Twolined chestnut borer

still lake with partly cloud skies reflecting in the water and mixed tree on shorline in spring time

Twolined chestnut borer (Agrilus bilineatus) is a native beetle that attacks weakened oaks of every species in Minnesota. It lives in and feeds on the inner bark and cambium, a layer of cells between the bark and the wood. When trees are not stressed, twolined chestnut borer confines its attack to unhealthy trees or broken branches. Oaks become susceptible to attack when tree vigor is reduced from drought, construction, defoliation, or disease. Infested oaks usually die after 2-3 years of infestation.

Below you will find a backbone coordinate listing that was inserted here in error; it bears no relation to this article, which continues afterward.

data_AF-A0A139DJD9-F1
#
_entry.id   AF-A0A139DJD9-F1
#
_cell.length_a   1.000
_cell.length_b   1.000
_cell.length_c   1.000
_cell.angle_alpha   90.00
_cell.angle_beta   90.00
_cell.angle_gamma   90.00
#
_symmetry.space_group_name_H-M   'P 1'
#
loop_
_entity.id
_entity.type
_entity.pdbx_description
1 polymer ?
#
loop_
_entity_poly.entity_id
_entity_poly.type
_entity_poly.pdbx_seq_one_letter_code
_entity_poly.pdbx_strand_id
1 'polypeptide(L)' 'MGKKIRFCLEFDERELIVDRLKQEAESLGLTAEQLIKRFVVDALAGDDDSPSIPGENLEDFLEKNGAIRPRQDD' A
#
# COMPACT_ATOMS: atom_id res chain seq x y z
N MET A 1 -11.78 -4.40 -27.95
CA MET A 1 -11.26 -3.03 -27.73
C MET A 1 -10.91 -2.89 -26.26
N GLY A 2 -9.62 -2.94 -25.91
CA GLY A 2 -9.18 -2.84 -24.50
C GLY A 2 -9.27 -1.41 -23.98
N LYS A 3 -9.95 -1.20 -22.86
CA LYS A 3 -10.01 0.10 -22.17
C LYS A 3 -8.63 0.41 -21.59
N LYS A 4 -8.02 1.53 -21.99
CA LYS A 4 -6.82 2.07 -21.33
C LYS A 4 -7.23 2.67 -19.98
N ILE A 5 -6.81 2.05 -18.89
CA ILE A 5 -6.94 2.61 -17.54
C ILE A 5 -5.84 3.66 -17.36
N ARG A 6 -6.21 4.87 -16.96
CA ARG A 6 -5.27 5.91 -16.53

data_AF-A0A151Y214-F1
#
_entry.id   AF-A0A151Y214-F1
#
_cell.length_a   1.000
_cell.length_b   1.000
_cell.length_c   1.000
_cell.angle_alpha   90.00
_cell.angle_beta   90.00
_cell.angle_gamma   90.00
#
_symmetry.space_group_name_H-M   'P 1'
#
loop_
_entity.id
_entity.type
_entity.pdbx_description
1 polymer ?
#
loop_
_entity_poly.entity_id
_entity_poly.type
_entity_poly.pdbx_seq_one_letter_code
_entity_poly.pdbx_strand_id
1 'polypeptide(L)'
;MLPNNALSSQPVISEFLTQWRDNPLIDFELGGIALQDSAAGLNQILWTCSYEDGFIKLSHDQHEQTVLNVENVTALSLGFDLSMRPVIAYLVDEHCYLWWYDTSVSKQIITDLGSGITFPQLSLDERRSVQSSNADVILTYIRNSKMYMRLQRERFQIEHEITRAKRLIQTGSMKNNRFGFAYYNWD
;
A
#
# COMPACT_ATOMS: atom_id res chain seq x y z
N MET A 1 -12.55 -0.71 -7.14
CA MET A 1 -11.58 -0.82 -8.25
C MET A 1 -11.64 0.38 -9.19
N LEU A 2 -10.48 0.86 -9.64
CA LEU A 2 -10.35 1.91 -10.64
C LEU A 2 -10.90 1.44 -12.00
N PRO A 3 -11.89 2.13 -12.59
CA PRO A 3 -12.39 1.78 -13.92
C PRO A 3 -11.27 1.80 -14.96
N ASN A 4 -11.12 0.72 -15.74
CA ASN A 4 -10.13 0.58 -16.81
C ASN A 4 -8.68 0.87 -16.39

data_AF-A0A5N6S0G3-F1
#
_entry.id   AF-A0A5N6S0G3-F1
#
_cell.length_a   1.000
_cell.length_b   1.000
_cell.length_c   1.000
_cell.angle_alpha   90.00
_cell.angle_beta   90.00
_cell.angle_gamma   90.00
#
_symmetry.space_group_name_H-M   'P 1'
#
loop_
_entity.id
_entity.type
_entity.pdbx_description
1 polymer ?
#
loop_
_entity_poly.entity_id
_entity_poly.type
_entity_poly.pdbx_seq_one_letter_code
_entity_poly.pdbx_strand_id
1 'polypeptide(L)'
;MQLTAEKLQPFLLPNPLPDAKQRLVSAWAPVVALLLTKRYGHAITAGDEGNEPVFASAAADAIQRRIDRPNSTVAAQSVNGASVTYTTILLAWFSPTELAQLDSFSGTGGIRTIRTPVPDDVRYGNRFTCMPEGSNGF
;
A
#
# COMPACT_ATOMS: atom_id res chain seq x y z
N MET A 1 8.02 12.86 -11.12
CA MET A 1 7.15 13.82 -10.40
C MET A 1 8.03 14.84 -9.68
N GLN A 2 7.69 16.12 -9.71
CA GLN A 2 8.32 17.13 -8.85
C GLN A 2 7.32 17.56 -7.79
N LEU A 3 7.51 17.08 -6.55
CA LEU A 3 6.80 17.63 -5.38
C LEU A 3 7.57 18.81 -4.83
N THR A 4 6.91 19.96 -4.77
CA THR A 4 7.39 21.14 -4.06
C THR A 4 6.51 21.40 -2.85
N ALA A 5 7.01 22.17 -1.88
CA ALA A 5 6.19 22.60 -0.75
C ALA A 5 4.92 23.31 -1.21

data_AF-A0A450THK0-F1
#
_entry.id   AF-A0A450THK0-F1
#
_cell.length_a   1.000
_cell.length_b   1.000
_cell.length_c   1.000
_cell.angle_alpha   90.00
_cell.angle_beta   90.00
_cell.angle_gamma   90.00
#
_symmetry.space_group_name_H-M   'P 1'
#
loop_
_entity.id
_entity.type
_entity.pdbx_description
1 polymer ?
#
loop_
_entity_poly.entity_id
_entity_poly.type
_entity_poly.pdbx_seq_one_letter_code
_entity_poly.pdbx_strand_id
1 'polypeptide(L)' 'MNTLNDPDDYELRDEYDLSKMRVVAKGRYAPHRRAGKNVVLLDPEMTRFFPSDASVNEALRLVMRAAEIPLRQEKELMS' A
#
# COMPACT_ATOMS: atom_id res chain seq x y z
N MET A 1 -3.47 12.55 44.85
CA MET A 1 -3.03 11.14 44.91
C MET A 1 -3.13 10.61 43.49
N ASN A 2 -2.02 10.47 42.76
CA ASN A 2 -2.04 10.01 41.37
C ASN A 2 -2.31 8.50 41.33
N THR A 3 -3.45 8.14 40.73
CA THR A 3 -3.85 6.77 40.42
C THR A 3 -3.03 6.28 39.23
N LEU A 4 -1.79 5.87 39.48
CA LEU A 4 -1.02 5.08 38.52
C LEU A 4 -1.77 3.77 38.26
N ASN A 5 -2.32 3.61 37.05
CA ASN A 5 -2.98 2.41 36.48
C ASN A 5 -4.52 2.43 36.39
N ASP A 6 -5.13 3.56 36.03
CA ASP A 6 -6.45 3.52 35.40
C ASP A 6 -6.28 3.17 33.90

The drought in 2012 caused widespread outbreaks of twolined chestnut borer, resulting in the death of thousands of oaks in central and northwestern Minnesota from 2015 to 2018.

Other oak problems can easily be confused with twolined chestnut borer, and the presence of twolined chestnut borer doesn't necessarily mean it is the primary problem. Read about diagnosis in the Identification section.